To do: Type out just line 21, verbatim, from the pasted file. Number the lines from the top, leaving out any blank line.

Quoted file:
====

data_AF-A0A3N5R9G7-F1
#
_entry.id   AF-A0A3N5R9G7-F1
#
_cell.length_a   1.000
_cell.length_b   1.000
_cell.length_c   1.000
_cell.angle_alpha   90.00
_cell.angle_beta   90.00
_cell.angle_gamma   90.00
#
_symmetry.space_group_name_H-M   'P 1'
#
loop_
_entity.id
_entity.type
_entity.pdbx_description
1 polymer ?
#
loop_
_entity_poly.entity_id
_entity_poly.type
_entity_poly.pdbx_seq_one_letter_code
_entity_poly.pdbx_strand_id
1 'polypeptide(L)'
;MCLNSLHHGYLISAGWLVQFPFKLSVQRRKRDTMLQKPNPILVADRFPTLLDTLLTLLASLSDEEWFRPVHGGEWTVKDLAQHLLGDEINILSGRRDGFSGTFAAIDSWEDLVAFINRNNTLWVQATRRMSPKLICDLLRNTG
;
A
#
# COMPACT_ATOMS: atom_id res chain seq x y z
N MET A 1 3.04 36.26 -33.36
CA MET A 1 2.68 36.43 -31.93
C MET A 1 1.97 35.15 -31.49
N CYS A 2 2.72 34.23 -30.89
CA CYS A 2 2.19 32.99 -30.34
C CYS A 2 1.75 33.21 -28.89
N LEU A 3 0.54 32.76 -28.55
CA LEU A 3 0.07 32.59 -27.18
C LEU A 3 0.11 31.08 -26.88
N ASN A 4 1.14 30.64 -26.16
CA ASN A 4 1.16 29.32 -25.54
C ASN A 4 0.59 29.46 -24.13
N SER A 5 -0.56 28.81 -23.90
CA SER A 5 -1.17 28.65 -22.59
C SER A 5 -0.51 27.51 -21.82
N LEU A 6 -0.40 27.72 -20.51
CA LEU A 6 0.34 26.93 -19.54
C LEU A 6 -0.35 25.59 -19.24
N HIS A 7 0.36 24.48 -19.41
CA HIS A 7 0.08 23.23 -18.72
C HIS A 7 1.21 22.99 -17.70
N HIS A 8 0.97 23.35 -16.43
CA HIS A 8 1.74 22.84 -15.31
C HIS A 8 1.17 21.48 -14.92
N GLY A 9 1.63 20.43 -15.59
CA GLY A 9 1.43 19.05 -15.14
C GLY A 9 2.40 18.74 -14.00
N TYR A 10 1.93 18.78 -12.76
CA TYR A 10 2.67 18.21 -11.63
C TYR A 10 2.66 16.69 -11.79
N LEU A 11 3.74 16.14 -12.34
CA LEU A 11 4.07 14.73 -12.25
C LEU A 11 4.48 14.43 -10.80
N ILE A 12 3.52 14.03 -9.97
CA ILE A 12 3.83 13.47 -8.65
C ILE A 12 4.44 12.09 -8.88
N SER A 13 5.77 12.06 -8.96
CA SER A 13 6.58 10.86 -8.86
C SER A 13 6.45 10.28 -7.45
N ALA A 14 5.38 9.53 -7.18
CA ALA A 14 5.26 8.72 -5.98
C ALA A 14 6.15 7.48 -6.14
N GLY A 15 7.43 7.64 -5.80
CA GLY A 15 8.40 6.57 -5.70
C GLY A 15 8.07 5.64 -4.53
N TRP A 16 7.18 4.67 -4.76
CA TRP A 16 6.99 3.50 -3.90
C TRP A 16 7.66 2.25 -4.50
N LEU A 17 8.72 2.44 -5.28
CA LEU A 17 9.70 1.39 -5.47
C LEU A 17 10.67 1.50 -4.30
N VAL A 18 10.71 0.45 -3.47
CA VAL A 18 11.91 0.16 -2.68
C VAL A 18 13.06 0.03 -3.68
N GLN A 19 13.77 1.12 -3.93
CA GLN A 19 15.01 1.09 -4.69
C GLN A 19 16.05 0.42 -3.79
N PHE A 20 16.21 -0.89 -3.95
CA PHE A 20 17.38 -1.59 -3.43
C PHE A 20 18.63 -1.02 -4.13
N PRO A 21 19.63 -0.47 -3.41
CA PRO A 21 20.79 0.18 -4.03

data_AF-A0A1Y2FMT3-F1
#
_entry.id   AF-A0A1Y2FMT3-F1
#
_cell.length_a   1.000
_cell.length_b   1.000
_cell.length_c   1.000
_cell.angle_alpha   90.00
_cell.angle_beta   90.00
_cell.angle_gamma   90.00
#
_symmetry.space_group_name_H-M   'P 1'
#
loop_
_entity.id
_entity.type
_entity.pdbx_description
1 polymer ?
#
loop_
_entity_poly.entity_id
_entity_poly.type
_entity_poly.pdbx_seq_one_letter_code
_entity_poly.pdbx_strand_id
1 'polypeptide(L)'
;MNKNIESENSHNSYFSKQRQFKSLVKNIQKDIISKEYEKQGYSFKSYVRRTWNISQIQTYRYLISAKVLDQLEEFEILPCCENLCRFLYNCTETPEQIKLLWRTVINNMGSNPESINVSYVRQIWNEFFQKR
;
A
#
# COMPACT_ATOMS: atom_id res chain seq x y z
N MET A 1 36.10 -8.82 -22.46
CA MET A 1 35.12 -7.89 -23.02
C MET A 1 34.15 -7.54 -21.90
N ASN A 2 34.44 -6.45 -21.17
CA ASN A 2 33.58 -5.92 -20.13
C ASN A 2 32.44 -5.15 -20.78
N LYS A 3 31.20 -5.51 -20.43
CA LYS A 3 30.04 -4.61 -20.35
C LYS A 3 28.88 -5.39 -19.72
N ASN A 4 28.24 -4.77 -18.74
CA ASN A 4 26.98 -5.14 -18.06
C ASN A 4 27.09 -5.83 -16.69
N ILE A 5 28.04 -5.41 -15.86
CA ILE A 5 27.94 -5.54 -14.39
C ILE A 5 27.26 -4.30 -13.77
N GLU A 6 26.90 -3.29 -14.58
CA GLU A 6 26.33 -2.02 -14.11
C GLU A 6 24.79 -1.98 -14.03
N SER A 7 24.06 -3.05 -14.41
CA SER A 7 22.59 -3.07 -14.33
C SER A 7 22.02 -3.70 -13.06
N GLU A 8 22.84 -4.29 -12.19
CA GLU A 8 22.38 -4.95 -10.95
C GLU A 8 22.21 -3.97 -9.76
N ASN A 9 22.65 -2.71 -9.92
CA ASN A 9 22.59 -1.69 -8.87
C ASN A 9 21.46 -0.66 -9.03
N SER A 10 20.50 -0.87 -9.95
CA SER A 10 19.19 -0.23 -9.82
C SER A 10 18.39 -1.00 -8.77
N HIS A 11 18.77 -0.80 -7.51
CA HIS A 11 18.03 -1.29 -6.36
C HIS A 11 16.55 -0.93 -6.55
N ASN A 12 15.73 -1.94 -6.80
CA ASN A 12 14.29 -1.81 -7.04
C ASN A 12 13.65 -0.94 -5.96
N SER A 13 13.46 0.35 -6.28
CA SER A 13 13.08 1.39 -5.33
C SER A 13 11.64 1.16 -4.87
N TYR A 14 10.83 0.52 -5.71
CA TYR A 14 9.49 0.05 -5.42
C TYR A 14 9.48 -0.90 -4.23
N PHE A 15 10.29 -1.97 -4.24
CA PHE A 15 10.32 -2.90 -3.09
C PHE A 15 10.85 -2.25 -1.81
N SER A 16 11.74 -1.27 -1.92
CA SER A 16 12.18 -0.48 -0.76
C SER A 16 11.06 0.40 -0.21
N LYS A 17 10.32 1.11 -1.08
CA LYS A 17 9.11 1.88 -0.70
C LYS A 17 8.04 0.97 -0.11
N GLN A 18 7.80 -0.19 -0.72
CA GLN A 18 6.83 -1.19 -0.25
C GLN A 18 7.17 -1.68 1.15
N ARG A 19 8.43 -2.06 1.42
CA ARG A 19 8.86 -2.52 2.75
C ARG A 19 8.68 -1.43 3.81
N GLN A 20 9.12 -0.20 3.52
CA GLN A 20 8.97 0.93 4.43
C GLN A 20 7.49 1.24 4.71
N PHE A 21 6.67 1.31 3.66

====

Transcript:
_entity_poly.entity_id